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Alteration patterns of trabecular bone microarchitectural characteristics induced by osteoarthritis over time

Authors Lee J, Chun KJ, Kim, Kim, Han, Jun, Lim D

Received 1 April 2012

Accepted for publication 15 June 2012

Published 10 August 2012 Volume 2012:7 Pages 303—312

DOI https://doi.org/10.2147/CIA.S32513

Review by Single-blind

Peer reviewer comments 2

Joo Hyung Lee,1 Keyoung Jin Chun,2 Han Sung Kim,3 Sang Ho Kim,4 Paul Han,3 Yongtae Jun,1 Dohyung Lim1

1Department of Mechanical Engineering, Sejong University, Seoul, South Korea; 2Gerontechnology Research Group, Korea Institute of Industrial Technology, Cheonan, South Korea; 3Department of Biomedical Engineering, Yonsei University, Wonju, South Korea; 4Department of Bioengineering and Department of Surgery, National University of Singapore, Singapore

Abstract: Information regarding the alteration of trabecular bone microarchitecture, which is one of the important criteria to estimate bone condition, induced by osteoarthritis (OA) is sparse. The current study therefore aimed to identify and quantify patterns of alterations in trabecular bone microarchitectural characteristics at tibial epiphysis induced by OA using in vivo microcomputed tomography. Fourteen 8-week-old female Sprague Dawley rats were randomly divided into control (n = 7) and OA (n = 7) groups. Rats in the OA group were administered monoiodoacetate into the knee-joint cavity. The tibial joints were scanned by in vivo microcomputed tomography at 0, 4, and 8 weeks after administration. Two-way analysis of variance with Tukey’s honestly significant difference post hoc test was carried out for statistical analyses. The results showed that patterns of alterations in the trabecular bone microarchitectural characteristics in the OA group were not different from those in the control group from 0 to 4 weeks (P > 0.05), but differed from 4 to 8 weeks (P < 0.05). In particular, both trabecular bone thickness and trabecular bone separation distributions over time (4–8 weeks) differed significantly (P < 0.05). These findings suggest that the patterns of bone microarchitecture changes brought about by OA should be periodically considered in the diagnosis and management of arthritic symptoms over time. Improved understanding of the alteration pattern on trabecular bone microarchitecture may assist in developing more targeted treatment interventions for OA.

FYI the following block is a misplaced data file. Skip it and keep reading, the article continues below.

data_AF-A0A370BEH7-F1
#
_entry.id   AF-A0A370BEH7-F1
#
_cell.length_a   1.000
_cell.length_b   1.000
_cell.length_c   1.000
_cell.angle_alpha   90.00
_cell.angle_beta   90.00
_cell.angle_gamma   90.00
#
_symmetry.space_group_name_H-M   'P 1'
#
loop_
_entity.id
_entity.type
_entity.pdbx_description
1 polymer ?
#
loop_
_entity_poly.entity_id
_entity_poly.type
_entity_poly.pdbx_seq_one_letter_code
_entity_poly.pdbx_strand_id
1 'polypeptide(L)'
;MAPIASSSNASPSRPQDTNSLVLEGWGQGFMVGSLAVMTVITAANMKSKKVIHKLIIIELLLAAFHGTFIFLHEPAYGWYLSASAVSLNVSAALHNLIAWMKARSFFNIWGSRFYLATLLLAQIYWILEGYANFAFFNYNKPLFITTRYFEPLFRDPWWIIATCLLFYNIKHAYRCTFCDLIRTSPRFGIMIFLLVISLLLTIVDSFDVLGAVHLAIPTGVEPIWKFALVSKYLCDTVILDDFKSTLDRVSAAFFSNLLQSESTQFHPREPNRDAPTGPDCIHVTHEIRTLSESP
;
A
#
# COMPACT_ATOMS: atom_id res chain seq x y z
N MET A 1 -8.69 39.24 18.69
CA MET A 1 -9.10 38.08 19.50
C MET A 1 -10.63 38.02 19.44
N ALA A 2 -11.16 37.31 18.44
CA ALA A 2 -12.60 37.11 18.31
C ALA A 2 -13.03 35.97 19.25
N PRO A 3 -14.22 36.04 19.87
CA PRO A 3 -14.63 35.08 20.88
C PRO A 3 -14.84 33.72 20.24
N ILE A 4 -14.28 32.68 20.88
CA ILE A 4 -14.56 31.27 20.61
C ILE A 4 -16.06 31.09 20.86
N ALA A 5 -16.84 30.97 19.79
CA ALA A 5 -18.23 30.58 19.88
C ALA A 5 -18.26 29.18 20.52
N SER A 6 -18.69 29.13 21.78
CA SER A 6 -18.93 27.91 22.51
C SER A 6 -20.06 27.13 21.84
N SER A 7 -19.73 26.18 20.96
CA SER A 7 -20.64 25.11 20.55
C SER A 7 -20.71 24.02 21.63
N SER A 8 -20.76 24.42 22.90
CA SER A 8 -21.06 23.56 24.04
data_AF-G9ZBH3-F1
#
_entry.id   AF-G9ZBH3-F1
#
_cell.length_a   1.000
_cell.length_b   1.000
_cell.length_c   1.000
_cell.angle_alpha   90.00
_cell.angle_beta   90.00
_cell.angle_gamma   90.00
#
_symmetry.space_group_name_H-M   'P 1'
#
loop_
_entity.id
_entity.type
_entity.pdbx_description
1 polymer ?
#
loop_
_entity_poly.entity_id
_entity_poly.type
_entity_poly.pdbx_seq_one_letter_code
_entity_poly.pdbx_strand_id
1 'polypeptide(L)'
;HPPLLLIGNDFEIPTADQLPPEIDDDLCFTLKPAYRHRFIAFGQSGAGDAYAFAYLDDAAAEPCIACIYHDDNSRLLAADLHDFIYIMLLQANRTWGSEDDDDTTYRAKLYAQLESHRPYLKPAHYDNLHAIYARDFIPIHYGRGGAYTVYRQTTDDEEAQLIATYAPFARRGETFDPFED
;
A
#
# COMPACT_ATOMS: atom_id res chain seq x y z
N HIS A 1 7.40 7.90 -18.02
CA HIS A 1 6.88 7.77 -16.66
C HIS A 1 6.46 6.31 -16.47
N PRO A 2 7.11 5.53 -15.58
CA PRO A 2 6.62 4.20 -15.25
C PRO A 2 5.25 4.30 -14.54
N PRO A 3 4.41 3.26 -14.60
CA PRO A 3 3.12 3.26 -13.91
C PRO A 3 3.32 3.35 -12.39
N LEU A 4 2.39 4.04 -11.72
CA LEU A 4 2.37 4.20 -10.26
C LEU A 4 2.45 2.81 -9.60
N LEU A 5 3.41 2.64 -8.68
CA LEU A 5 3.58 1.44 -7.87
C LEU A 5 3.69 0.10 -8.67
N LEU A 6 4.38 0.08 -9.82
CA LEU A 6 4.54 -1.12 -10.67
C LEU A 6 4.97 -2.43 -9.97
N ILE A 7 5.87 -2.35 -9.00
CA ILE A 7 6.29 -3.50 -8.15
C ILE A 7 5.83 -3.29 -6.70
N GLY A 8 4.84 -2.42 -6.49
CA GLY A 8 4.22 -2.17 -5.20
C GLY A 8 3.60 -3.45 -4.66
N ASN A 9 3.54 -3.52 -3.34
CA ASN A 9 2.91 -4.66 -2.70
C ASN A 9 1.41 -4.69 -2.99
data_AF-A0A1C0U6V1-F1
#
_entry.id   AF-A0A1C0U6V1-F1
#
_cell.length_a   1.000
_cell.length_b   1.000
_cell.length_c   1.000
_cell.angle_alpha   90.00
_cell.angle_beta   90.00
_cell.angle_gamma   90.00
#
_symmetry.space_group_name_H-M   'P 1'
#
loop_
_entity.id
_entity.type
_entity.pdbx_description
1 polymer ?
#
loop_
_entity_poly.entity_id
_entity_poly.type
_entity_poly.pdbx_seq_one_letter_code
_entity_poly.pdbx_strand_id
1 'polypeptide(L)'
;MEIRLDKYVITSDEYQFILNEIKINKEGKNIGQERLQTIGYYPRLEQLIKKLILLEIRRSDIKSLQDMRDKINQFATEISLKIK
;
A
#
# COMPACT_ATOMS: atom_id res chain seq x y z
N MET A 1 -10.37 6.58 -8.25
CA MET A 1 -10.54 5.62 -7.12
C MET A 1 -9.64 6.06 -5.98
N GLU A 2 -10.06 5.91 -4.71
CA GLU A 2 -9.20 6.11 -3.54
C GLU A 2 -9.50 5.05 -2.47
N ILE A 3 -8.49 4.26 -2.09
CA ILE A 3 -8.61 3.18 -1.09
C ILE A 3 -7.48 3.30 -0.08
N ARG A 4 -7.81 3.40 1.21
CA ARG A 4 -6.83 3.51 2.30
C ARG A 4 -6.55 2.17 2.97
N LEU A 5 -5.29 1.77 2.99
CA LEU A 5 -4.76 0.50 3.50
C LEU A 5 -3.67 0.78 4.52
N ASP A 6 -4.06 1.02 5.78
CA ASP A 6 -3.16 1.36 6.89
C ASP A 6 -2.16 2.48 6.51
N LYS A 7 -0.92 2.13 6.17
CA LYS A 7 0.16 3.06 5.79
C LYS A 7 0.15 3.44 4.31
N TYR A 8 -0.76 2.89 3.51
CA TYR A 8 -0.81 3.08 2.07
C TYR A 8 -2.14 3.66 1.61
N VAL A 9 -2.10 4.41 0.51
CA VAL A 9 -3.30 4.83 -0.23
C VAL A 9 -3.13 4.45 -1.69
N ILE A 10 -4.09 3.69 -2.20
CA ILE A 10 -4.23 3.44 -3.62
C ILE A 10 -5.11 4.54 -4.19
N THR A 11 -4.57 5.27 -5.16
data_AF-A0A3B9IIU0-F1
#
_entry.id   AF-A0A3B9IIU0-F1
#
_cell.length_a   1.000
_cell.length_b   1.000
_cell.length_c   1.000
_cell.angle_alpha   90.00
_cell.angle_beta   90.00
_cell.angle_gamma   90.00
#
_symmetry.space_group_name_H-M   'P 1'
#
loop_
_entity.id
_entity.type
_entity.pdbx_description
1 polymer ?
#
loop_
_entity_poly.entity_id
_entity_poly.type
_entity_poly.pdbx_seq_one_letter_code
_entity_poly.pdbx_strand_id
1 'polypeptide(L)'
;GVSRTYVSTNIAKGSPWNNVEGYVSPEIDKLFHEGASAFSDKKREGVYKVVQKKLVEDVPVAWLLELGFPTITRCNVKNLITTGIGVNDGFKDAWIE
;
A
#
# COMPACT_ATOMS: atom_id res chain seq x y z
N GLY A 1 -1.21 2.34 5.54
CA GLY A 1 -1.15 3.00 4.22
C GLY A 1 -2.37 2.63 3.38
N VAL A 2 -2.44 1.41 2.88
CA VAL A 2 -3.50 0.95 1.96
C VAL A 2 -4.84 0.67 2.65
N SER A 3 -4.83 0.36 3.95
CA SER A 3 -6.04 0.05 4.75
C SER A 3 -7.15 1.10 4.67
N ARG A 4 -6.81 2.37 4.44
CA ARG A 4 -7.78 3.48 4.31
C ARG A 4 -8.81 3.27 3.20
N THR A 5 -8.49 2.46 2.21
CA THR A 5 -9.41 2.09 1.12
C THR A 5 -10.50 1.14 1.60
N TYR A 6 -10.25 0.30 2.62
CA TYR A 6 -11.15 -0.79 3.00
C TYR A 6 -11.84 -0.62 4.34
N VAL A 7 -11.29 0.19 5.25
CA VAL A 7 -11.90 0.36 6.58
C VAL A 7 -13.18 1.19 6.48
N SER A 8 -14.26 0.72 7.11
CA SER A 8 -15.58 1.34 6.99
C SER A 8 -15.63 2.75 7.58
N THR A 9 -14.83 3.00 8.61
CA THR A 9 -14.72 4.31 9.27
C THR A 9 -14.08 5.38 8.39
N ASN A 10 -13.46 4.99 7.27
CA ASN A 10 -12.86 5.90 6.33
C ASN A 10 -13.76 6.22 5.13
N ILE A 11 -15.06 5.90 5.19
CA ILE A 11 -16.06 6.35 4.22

Keywords: osteoarthritis, in vivo microcomputed tomography, trabecular bone microarchitectural characteristics, trabecular bone thickness distribution, trabecular bone separation distribution

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